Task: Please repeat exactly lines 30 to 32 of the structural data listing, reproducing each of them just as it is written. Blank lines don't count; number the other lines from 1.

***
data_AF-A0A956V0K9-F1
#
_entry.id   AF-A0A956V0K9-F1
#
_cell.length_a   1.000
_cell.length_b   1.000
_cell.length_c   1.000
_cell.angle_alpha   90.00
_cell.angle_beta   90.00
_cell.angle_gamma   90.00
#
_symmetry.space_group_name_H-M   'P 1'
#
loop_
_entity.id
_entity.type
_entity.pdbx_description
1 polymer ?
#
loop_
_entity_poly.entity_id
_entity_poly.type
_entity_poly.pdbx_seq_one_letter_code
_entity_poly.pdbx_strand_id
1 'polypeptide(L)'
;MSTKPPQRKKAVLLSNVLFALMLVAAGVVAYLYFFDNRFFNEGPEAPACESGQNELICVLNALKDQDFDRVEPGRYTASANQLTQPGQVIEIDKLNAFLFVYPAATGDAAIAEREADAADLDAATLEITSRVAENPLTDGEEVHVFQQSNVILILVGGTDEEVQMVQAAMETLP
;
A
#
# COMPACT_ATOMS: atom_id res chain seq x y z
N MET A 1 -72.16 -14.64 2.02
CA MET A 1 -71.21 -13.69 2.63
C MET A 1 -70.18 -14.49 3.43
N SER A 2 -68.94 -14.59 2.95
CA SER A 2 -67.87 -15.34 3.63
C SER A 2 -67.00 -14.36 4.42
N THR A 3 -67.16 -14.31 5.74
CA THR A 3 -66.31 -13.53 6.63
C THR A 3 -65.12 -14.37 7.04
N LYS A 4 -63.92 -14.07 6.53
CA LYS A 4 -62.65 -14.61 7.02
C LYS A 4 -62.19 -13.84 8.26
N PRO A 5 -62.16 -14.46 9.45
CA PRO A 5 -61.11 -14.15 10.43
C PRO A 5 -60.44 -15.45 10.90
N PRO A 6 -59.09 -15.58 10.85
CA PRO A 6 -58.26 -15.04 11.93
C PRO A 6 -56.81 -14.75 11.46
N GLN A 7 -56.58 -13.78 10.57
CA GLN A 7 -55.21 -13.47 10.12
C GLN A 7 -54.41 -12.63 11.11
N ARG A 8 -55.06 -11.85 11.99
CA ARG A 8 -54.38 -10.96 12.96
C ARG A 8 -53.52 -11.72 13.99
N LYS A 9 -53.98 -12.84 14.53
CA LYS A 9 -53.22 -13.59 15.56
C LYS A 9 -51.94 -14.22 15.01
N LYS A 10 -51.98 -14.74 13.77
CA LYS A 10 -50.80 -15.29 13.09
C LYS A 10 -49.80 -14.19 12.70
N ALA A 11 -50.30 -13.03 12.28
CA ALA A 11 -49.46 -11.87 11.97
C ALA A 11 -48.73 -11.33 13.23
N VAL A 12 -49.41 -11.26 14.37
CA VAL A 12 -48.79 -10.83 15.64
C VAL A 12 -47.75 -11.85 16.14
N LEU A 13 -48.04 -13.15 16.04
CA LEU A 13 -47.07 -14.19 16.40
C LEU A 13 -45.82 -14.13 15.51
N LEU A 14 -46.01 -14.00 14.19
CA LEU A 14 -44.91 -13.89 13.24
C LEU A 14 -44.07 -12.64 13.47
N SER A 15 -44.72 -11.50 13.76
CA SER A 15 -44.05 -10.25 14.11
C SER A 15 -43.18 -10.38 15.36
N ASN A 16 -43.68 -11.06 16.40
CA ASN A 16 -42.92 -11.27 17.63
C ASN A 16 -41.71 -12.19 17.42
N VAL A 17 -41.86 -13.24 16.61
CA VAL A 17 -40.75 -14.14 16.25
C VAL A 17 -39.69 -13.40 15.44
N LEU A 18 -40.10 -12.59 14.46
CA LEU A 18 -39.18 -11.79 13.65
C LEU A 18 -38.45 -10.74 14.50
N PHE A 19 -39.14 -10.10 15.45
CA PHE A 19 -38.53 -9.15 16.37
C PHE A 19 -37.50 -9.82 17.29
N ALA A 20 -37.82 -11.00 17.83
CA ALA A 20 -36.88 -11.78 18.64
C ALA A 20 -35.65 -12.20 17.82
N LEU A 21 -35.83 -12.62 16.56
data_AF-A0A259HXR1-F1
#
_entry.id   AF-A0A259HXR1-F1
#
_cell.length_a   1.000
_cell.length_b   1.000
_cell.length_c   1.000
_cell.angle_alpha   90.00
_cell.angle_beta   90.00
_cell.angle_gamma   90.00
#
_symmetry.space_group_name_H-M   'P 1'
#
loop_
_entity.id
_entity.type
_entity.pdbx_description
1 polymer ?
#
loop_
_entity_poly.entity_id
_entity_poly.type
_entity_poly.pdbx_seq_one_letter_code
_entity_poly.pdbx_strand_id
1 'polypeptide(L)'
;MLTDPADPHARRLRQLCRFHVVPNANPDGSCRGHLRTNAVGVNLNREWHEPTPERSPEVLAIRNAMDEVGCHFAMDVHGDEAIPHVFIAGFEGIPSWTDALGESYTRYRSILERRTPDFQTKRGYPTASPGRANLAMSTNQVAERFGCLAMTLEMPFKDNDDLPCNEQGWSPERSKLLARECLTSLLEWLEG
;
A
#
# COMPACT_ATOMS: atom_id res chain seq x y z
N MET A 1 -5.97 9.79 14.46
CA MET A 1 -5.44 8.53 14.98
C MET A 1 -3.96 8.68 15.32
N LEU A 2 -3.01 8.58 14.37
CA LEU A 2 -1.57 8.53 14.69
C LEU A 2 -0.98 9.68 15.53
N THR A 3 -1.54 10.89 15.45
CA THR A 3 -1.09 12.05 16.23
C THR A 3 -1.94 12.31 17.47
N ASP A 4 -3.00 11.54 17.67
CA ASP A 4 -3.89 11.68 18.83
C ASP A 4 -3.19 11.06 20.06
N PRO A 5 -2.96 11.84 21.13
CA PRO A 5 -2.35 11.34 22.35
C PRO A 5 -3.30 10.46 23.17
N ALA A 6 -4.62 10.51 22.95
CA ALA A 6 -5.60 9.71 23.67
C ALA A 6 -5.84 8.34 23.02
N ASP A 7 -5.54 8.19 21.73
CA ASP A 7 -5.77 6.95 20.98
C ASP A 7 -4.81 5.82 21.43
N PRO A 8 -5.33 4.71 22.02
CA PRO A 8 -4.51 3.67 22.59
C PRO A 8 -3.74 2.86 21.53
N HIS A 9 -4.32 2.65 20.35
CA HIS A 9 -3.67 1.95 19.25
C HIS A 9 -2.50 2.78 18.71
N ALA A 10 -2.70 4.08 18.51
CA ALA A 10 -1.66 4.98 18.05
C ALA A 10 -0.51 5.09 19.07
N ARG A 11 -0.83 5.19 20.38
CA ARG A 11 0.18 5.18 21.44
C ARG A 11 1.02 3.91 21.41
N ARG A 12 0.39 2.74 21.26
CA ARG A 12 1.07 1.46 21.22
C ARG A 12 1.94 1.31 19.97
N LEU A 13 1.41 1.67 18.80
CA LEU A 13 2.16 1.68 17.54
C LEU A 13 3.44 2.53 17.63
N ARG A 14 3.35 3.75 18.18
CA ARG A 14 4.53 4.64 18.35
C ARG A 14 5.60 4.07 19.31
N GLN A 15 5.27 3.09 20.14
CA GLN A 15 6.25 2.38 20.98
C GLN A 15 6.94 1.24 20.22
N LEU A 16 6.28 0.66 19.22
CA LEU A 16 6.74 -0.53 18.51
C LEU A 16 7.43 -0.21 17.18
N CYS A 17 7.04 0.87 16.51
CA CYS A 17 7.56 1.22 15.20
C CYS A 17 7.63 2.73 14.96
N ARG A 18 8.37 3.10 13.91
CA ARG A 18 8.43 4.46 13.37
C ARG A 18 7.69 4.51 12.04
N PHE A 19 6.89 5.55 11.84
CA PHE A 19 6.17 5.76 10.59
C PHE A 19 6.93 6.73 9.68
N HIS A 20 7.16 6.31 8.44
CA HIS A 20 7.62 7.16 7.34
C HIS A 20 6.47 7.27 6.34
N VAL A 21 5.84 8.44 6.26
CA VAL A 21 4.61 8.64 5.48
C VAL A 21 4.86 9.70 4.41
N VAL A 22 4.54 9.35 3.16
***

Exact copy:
# COMPACT_ATOMS: atom_id res chain seq x y z
N MET A 1 -72.16 -14.64 2.02
CA MET A 1 -71.21 -13.69 2.63